Creating a Diverse Workforce for Financial Success

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With a growing global economy, it is becoming increasingly important for businesses to create a diverse workplace. Here are a few helpful tips that can build an organization’s foundation of inclusivity.

In the past few years, falling unemployment rates have allowed for healthier hiring competition among companies. Rather than dig out from under a slew of resumes, businesses now must take a proactive approach in attracting top-tier candidates, and organizations that make diversity a priority in their hiring practices will maintain an advantage over competitors.

Building an inclusionary workforce has shown to have an undeniably positive impact on business. It increases:

  • Productivity – Happy employees means less turnover rates and a willingness to work with others.
  • Creativity – Awareness of differences brings personal growth to your entire staff.
  • Retention and recruitment – Potential employees view this as an enticing quality.
  • Problem solving – A diverse staff provides a blended mixture of thoughts, experiences and opinions, making for a strong decision-making processes.

Business owners should not think of diversity as just “nice to have;” they should begin building diverse teams at a company’s inception. This strategy will position new organizations to better understand their customers, create a sense of community with their fellow colleagues and cast a wide recruiting net.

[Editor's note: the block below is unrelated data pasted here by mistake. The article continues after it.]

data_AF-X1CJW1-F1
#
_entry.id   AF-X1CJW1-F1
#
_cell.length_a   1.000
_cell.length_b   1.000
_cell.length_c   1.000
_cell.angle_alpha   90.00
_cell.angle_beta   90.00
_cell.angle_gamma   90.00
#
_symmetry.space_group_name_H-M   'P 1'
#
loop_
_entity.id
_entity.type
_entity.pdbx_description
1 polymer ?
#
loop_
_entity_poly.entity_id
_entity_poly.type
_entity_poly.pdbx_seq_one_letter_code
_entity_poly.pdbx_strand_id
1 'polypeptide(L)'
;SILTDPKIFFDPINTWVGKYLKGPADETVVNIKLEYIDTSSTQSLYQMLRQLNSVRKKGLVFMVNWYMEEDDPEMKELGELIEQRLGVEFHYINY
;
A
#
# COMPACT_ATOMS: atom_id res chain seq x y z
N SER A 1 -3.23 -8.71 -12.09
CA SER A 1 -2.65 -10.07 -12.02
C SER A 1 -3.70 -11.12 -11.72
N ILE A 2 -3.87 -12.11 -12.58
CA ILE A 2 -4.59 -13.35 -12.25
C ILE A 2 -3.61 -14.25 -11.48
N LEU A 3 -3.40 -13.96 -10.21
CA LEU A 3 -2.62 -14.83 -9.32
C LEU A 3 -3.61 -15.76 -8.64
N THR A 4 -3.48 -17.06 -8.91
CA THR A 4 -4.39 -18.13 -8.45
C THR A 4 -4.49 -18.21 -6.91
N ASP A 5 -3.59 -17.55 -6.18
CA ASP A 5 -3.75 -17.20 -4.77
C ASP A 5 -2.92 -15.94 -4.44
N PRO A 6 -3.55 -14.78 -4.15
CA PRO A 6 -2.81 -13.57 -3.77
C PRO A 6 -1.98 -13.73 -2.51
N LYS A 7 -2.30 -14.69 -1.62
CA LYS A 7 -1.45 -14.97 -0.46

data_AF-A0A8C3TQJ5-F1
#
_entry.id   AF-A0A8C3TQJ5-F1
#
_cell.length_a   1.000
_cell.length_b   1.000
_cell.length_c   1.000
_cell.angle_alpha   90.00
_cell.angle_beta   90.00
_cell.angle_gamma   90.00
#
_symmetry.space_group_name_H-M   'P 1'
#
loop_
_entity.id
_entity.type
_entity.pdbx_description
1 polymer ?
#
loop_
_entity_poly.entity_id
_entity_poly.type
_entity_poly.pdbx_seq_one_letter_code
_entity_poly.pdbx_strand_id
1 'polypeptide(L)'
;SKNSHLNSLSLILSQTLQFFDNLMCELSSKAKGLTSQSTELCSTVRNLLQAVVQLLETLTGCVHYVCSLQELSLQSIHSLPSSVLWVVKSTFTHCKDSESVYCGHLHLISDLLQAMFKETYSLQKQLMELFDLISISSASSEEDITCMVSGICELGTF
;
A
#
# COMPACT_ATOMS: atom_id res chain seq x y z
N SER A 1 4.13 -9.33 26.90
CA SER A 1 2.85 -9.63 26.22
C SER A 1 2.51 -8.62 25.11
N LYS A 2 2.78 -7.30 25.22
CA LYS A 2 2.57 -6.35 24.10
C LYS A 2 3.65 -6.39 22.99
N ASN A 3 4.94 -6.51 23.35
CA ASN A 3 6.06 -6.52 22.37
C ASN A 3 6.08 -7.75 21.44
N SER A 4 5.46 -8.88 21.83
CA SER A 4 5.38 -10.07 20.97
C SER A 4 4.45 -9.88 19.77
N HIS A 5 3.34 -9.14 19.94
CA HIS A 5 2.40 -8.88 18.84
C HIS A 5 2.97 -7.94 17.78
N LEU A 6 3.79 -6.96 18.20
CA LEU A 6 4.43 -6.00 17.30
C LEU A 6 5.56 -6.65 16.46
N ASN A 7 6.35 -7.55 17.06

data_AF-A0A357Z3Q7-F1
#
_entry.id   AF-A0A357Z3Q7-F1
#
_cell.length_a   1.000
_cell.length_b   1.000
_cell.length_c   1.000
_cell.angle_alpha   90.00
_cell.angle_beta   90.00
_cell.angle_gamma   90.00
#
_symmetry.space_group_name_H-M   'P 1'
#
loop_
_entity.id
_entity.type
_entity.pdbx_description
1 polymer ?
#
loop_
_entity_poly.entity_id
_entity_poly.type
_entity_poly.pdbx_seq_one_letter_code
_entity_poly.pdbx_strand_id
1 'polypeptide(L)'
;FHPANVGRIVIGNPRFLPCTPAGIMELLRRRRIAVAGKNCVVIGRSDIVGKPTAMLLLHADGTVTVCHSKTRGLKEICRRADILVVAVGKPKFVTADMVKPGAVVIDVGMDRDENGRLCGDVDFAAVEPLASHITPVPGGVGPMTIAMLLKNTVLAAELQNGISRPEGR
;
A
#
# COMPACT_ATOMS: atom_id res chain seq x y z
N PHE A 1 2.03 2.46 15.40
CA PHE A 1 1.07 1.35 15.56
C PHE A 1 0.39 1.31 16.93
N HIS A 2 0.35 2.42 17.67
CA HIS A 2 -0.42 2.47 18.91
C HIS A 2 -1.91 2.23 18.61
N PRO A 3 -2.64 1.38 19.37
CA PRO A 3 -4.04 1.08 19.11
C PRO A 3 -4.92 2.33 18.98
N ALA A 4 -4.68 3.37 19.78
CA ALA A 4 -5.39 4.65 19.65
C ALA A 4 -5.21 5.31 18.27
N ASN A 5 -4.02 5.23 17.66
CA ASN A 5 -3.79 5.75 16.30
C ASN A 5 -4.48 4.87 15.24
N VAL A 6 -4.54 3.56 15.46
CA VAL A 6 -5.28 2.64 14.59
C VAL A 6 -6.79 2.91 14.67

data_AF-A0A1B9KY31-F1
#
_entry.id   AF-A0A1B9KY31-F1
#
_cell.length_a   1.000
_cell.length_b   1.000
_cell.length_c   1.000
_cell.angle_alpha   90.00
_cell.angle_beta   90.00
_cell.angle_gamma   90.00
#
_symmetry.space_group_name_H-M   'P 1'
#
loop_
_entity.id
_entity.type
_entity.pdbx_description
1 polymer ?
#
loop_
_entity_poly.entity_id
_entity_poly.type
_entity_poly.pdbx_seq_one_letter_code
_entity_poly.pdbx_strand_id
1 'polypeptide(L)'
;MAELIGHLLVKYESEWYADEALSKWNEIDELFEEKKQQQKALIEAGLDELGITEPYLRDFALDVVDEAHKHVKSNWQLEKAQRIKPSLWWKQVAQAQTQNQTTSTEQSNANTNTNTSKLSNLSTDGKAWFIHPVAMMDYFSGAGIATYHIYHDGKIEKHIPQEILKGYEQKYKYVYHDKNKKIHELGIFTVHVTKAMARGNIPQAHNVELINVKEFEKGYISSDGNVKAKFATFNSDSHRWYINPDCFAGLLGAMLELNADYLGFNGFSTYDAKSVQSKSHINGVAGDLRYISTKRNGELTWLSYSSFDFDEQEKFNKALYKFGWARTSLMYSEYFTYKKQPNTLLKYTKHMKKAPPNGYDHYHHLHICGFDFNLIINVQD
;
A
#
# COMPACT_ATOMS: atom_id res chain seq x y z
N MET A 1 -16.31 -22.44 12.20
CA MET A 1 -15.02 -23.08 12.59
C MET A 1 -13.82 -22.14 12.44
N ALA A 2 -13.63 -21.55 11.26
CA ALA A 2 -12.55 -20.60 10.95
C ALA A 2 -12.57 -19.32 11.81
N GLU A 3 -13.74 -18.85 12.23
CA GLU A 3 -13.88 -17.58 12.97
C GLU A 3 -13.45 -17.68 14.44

Outsourcing and telecommuting

Outsourcing and promoting a more diverse workforce may mean including employees who telecommute as a part of a business. Not only does this promote diversity in the workplace (allowing people to work from other countries as well as providing more options for workers with disabilities, for example), but it can create a more efficient and profitable workforce.

Contrary to previously held beliefs, telecommuters are highly productive, more satisfied with work-life balance, and can save significant money for companies in the long run. One study notes that companies allowing 100 employees to work at least half their time at home save $1 million on expenses per year. At American Express, employees who telecommuted handled more calls and produced 43 percent more business opportunities than those who worked in the office.

Telecommuting also benefits workers with disabilities. Results from a telecommuting survey show that 81 percent of professionals with disabilities would prefer at least part-time telecommuting. Telecommuting is also named as “the second most-wanted benefit among workers with disabilities” (behind paid time off); it even topped other powerful perks like free lunches and flexible spending programs.  

In addition to telecommuting, offshoring and outsourcing can provide healthy cost cuts. Although hiring overseas employees can lead to communication challenges, organizations that make concerted efforts to develop communication skills with these staff members can improve their brand and overall revenue.